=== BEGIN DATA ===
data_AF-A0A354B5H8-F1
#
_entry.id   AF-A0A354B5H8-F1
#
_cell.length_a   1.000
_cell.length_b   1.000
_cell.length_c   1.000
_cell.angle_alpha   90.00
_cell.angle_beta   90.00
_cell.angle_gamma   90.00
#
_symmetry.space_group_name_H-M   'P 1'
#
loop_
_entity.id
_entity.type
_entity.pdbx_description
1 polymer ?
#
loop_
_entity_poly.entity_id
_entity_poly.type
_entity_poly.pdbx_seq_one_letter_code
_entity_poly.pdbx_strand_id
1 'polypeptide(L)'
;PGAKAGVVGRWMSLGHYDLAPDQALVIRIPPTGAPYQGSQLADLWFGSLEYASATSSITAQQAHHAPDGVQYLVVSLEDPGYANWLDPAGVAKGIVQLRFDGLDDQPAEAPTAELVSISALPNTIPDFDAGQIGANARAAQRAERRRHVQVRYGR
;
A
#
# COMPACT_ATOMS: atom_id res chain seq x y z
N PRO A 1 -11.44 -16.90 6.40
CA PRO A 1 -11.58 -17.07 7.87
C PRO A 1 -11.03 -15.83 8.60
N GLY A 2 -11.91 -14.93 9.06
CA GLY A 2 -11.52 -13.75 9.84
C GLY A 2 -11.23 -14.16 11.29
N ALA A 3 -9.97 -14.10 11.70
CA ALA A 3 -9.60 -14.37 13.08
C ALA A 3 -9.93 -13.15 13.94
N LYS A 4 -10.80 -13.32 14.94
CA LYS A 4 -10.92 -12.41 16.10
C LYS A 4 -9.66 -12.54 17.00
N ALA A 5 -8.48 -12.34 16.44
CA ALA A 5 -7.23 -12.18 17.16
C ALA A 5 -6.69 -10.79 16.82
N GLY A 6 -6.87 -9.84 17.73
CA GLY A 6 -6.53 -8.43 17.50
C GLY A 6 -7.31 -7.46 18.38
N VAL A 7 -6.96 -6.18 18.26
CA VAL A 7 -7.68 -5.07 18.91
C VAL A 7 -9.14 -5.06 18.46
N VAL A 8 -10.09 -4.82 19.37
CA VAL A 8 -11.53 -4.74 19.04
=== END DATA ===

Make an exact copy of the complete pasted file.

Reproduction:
data_AF-A0A354B5H8-F1
#
_entry.id   AF-A0A354B5H8-F1
#
_cell.length_a   1.000
_cell.length_b   1.000
_cell.length_c   1.000
_cell.angle_alpha   90.00
_cell.angle_beta   90.00
_cell.angle_gamma   90.00
#
_symmetry.space_group_name_H-M   'P 1'
#
loop_
_entity.id
_entity.type
_entity.pdbx_description
1 polymer ?
#
loop_
_entity_poly.entity_id
_entity_poly.type
_entity_poly.pdbx_seq_one_letter_code
_entity_poly.pdbx_strand_id
1 'polypeptide(L)'
;PGAKAGVVGRWMSLGHYDLAPDQALVIRIPPTGAPYQGSQLADLWFGSLEYASATSSITAQQAHHAPDGVQYLVVSLEDPGYANWLDPAGVAKGIVQLRFDGLDDQPAEAPTAELVSISALPNTIPDFDAGQIGANARAAQRAERRRHVQVRYGR
;
A
#
# COMPACT_ATOMS: atom_id res chain seq x y z
N PRO A 1 -11.44 -16.90 6.40
CA PRO A 1 -11.58 -17.07 7.87
C PRO A 1 -11.03 -15.83 8.60
N GLY A 2 -11.91 -14.93 9.06
CA GLY A 2 -11.52 -13.75 9.84
C GLY A 2 -11.23 -14.16 11.29
N ALA A 3 -9.97 -14.10 11.70
CA ALA A 3 -9.60 -14.37 13.08
C ALA A 3 -9.93 -13.15 13.94
N LYS A 4 -10.80 -13.32 14.94
CA LYS A 4 -10.92 -12.41 16.10
C LYS A 4 -9.66 -12.54 17.00
N ALA A 5 -8.48 -12.34 16.44
CA ALA A 5 -7.23 -12.18 17.16
C ALA A 5 -6.69 -10.79 16.82
N GLY A 6 -6.87 -9.84 17.73
CA GLY A 6 -6.53 -8.43 17.50
C GLY A 6 -7.31 -7.46 18.38
N VAL A 7 -6.96 -6.18 18.26
CA VAL A 7 -7.68 -5.07 18.91
C VAL A 7 -9.14 -5.06 18.46
N VAL A 8 -10.09 -4.82 19.37
CA VAL A 8 -11.53 -4.74 19.04